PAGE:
Necessary trouble

This Fourth of July week, progressives have much to mourn, but it’s worth reflecting on the glimmers of hope as well.

If the murder of 26 elementary school children and their teachers wasn’t enough to convince our elected officials to do something about gun safety, why would we think 49 mostly young, gay Latinos cut down in the haven of a gay nightclub would change the hearts and minds of a Republican Congress?

At least we can count on their thoughts and prayers.

It was reassuring to see national Democrats find their voices and demand Congress do more than observe a minute of silence each time a gun-fueled tragedy erupts. Democratic senators forced four votes on common sense gun safety measures broadly supported by the public, to close loopholes in background checks and prevent those on no-fly lists from buying firearms. The votes failed, but left behind a tell-tale track of those beholden to the National Rifle Association instead of their constituents.

Then the House Democrats, led by U.S. Rep. John Lewis, a civil rights icon, literally sat down on the House Floor and demanded Speaker Paul Ryan allow a transparent vote on similar legislation. Ryan refused. He turned the CSPAN cameras off, and members of the House broadcast the protest via Periscope. Then he tried to redirect the debate to the members’ lack of decorum and flaunting of the rules.

The U.S. Supreme Court also recently took a swing at the NRA, upholding the Lautenberg amendment, which allows for guns to be removed from those convicted of domestic violence, a major concern in Nevada, a state that too often leads the nation in women murdered by firearms wielded by their domestic partners.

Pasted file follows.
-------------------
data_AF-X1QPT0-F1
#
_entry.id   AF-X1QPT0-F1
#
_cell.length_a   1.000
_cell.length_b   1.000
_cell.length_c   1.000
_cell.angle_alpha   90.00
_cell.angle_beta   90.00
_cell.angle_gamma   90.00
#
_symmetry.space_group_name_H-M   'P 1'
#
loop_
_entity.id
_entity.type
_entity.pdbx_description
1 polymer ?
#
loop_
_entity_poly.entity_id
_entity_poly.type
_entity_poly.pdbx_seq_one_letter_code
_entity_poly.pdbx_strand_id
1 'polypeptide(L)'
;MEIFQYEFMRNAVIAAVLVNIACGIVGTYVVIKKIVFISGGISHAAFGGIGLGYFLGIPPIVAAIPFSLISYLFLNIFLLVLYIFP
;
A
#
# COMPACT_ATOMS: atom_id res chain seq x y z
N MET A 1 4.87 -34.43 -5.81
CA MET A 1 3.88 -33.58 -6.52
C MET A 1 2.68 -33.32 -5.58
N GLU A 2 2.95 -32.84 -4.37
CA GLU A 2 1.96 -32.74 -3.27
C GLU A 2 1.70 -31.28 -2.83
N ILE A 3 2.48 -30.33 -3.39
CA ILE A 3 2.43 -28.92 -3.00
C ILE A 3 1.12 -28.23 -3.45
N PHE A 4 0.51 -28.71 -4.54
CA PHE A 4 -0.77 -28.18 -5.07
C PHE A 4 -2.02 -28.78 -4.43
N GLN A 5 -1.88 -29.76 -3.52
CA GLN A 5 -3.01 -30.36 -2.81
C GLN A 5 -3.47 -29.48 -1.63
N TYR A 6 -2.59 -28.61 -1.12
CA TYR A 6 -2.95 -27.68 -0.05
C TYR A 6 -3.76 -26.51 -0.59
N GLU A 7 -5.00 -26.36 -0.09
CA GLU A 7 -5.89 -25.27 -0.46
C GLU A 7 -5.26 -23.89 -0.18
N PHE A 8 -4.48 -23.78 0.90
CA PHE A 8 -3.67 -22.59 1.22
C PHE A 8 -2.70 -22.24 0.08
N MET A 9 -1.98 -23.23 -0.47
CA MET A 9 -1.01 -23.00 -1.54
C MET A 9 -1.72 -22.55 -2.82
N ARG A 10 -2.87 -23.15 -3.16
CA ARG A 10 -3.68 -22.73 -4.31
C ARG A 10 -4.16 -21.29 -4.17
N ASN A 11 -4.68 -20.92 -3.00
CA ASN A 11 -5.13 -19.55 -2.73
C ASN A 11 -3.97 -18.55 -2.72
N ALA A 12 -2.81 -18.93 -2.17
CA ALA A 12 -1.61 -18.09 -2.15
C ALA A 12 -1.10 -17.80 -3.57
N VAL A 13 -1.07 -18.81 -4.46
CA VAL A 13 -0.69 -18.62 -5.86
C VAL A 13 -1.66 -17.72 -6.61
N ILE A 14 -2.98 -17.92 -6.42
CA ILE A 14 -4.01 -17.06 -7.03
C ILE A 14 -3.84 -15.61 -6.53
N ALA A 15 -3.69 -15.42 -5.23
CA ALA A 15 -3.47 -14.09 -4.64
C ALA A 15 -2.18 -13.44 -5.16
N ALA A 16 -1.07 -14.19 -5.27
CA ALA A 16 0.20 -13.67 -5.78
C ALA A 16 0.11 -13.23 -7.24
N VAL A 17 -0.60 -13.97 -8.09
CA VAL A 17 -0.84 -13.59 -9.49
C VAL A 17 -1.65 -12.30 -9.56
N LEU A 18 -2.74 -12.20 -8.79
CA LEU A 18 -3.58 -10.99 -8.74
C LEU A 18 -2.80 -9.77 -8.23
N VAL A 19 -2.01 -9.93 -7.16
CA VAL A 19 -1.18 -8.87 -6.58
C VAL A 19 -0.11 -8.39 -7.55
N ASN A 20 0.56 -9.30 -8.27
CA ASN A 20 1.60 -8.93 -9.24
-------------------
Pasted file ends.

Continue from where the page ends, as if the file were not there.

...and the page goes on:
Another major U.S. Supreme Court decision favored women’s reproductive rights, declaring that Texas anti-abortion laws—served up as a deceitful effort to “protect” women’s health—were unconstitutional. The 2013 legislation imposed ridiculous standards of care that were not supported by medical associations or health professionals as a way to force abortion clinics from operating and, ironically, place many more women in danger from unsafe abortions.

Dissenting justices clearly showed their cards in response to Justice Ruth Bader Ginsburg’s concurring opinion, which said “it is beyond rational belief” that the law “could genuinely protect the health of women.” The anti-choice justices who think women should not be allowed to make their own health decisions suggested the Texas clinics that closed in response to the new law might simply have all had older doctors who decided to retire on the same day.

Who do they think they are kidding?

Also last week, justice was finally served in the murder of Victor Jara, a Chilean folksinger (often described as the “Bob Dylan of South America”), during the 1973 military coup in Chile. His assailant, a former Chilean military officer who later immigrated to the United States and is now a naturalized citizen, was held to account by a Florida jury, who awarded Jara’s family $28 million in damages.

Rebecca Solnit, the West’s leading intellectual and writer, summed up the good news in a social media post, citing these and other meaningful progressive steps forward, commenting: “And yeah, I know forest fires, floods, coral reefs, climate change, Brexit, skinheads, corporations. The troubles didn’t go away, but you can’t wait until they all do or you’ll never ever celebrate. Good things are good even in the presence of bad things.”

Let’s allow ourselves a bit of celebration and gratitude that we live in a country where we can keep trying to get it right. There will be plenty of time next week to get into some of the “good trouble, necessary trouble” promoted by Rep. Lewis. As he said, “Sometimes by sitting down, by sitting in, you’re standing up.”